I am blessed to have married the strongest and most remarkable woman I have ever met. I was amazed at her ability to make the most of what life brought and not get too hung up on the small stuff. After all, Vicki and I were, and still are, in the prime of our lives. She is deeply passionate about living her life and raising our family including three children and a pugnacious puggle, Miss Lola. We have dreams of traveling the world when we aren't breathing in the salt air at "Bikini Bottom", our beach house on Topsail Island. We had made plans and were on our way to living our lives to the fullest.
Vicki and I had only been married a few years when we found out that she was suffering from the effects caused by type I diabetes. We had not considered including a devastating illness such as diabetes into our life itinerary. I say "our" Itinerary because, it is she that has this disease and always will unless something new is discovered. I, however, have the privilege of loving her and it broke my heart that my rock solid wife was sick. How was she going to deal with this? How was this going to affect her? How was this going to affect us? What was I supposed to do to support her with this disease? All I knew about diabetes was what I heard on the news and it was all sensationalized, which, of course was all negative. This diagnosis was completely out of nowhere. How does one just come down with that? After all, she only had an unquenchable thirst for a few days, nothing really else. By the way, what is this type I, I thought? Was this not as bad as type II? Maybe there was hope for a full recovery and the doctors just left that part out. I could only pray. This sort of thing was not on her bucket list, nor mine.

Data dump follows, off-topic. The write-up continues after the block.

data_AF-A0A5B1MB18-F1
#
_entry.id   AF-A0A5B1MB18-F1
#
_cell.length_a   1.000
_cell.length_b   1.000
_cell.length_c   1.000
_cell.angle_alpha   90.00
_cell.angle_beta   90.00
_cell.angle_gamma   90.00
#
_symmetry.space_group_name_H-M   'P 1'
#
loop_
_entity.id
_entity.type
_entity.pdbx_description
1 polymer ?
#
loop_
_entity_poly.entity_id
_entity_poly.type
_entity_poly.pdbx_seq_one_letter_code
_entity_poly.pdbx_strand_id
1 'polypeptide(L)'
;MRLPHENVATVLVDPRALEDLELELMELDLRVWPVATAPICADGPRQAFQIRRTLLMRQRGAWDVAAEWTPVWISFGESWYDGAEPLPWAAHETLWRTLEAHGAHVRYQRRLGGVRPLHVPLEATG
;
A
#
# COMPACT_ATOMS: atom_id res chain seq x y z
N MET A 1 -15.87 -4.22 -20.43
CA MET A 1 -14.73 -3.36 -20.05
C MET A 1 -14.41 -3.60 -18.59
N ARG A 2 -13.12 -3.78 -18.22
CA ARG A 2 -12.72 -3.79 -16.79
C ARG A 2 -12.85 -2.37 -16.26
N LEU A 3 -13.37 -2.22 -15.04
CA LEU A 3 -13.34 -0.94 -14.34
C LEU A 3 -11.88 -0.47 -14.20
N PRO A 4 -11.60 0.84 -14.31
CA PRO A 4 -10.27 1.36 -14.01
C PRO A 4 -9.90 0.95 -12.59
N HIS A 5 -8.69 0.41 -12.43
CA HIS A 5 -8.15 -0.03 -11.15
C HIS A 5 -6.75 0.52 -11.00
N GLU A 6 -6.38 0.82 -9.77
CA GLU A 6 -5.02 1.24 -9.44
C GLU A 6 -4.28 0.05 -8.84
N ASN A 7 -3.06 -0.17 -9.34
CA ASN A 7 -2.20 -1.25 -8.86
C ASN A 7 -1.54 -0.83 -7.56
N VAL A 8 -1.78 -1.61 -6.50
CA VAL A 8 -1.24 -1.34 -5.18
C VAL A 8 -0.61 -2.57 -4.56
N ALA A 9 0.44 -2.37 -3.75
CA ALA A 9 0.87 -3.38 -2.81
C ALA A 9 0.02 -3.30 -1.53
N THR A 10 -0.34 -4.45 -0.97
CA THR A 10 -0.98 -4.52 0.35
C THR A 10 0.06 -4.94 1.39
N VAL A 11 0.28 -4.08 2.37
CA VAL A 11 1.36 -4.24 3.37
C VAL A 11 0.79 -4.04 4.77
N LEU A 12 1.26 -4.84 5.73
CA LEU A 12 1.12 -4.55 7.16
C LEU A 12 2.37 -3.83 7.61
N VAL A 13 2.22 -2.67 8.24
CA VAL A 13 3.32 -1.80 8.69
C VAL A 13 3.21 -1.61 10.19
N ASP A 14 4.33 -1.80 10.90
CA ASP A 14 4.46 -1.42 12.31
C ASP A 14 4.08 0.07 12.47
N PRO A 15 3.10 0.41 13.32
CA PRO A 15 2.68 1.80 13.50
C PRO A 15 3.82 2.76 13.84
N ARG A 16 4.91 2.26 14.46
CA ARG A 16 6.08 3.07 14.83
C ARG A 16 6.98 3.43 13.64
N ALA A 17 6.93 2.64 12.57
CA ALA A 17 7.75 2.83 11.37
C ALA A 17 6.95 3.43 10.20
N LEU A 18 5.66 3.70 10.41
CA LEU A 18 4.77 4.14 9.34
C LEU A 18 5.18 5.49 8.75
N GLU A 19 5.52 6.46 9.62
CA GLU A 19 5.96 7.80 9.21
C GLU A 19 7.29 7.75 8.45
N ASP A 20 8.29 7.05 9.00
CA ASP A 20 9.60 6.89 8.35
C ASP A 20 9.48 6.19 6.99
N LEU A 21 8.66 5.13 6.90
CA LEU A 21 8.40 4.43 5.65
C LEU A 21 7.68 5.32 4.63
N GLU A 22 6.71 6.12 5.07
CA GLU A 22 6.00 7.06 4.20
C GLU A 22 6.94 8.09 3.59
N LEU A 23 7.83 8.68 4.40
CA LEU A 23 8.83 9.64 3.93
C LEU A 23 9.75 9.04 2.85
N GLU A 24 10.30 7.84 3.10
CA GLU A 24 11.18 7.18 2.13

Never to suffer would be never to have been blessed. - Edgar A Poe
I was fortunate to have visited with a life coach over the past several years and even receive life coach training. I grew to understand how profound the above quote is. Of all the things I have learned from this experience, it is to never pretend to give therapy or attempt to coach your spouse and to relish every day of life as it comes.
We truly are incapable of deriving meaning from all the things we experience in our lives. I remember the sucker punch feeling after her diagnosis. The notion of real helplessness overcame me. I thought that the feeling of devastation would never go away. I grew to learn, that this was a blessing which we both needed to honor and recognize all the many blessings that we have in our lives; to embrace our life rather than brace for it.
Before long, the hopeless and helpless feelings disappeared and Vicki is navigating her life with diabetes like a pro. She has faced this disease with tremendous wisdom and grace. I have learned to simply be by her side, which is closer thanever. While we embrace every day more and more, we look forward to what comes next and are determined to live our lives with passion and diabetes.
Submitted by David Norris. His wife, Vicki, has lived with diabetes since 2009. They reside in Wake Forest, NC.